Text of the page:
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Thursday, 29 March 2018

A Critical Thinking Tug-of-War

Written by Shain Chisholm, Instructional Coach

During a recent Social Studies class, students were discussing current events centered around Syrian, Haitian, Turkish and Nigerian refugees seeking asylum in Canada.  In light of the current political debate around the immigration process, the students were invited to think critically at some of the pros and cons of our current immigration system.

To become more informed on the Canadian immigration, the students read articles and watched
videos that dealt with economic, safety, political and health concerns related to immigrants coming to
Canada..  

To help students think critically about immigration, they engaged in an thinking routine called “Tug-of-War”.  As they read the articles and watched the videos, they individually recorded on sticky notes whenever they encountered a fact, example or argument they deemed to be either negative (created a pull in the negative direction) or positive (created a pull in the positive direction) according to the pre-established criteria:



Criteria  

  • Strengthen Canada economically
  • Provide refuge for the persecuted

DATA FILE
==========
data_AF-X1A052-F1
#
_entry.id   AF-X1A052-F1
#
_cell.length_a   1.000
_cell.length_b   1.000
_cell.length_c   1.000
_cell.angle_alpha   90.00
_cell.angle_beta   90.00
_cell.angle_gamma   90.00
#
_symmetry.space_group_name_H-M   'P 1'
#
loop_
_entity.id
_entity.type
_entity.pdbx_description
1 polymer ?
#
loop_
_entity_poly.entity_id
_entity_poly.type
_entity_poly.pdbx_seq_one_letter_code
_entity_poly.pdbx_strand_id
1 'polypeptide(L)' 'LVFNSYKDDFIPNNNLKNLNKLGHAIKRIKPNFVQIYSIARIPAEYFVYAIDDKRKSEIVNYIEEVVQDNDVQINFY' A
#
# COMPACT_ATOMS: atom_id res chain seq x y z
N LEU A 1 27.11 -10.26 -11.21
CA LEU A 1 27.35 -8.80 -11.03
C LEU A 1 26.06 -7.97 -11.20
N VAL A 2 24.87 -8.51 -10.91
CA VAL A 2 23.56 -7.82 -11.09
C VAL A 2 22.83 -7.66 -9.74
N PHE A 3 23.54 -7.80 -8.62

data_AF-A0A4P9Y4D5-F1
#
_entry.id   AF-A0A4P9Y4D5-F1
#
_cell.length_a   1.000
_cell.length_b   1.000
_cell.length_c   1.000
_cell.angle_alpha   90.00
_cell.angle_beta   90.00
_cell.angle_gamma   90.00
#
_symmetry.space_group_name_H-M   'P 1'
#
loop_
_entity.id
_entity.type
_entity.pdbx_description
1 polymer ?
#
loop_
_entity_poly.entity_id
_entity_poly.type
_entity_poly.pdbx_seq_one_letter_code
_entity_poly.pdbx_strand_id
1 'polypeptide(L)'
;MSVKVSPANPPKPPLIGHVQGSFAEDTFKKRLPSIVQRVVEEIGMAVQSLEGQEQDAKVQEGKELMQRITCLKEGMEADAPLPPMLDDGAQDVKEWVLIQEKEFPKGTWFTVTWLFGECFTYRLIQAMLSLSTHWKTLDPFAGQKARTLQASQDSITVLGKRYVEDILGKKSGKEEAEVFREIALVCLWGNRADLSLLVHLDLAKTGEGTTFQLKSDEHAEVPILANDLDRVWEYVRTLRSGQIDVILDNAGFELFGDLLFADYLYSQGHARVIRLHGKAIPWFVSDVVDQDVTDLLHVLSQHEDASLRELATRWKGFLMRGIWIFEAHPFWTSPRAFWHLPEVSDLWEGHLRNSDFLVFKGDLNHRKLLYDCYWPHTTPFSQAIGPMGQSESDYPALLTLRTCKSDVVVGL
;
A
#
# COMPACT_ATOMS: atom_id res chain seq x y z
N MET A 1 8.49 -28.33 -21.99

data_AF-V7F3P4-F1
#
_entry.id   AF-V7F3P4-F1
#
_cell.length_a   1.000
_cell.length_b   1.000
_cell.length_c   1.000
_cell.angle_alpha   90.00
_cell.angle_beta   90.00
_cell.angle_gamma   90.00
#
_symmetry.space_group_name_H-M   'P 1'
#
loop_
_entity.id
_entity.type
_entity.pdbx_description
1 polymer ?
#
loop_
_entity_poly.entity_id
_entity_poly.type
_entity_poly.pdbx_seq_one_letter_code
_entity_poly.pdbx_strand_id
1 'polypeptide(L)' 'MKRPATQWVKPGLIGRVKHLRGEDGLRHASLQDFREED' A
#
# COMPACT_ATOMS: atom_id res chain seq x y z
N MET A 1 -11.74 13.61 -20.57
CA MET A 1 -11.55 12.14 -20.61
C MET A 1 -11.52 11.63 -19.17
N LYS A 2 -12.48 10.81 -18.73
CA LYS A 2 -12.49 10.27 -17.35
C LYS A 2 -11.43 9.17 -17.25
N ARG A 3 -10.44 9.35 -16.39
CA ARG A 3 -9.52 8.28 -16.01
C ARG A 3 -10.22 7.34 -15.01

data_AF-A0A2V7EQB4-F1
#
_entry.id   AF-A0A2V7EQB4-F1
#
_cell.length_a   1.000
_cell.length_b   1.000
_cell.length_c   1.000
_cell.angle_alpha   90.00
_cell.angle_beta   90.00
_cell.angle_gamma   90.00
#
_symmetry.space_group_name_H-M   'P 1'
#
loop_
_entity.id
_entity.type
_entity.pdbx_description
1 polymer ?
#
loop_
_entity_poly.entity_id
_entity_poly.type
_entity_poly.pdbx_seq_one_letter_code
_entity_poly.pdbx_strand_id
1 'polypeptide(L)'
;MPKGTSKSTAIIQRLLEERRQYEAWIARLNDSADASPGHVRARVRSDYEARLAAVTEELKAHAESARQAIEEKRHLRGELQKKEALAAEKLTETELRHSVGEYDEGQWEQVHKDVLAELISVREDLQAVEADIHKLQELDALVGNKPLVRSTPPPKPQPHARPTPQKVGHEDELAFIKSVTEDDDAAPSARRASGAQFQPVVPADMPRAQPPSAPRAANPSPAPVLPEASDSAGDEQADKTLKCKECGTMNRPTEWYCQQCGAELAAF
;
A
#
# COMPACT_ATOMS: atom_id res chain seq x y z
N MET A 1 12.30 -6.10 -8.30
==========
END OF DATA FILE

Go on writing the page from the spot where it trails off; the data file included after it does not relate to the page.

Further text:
• Maintain Canadian health and safety
  • Reunite immigrant families

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Once they had completed their sticky notes, they met with their group mates to decide where to place their sticky notes. The concept of leverage came into play as the students were asked to place the stronger arguments (having more pull) closer to the ends of the rope and the weaker arguments closer to the middle.  (see Tug-of-War posters above) It was interesting to observe the animated discussions as students debated where arguments should be placed along the rope.
 
In debriefing the lesson, the students liked the fact that they were ALL engaged in an important discussion in their groups as opposed to a whole class discussion where not all students get to share their viewpoint. They also shared that simply having more arguments on one side of an issue did not necessarily mean that particular perspective was more viable.  It was the weight of arguments that was a more important consideration

Application
From a teacher viewpoint, the principles of critical thinking contained in the Tug-of-War routine are easily transferable to other subjects and grades.  Even more valuable was the recognition by the students that the kind of critical thinking in Tug-of-War could also be a very helpful tool when faced with important decisions both in school and beyond.  


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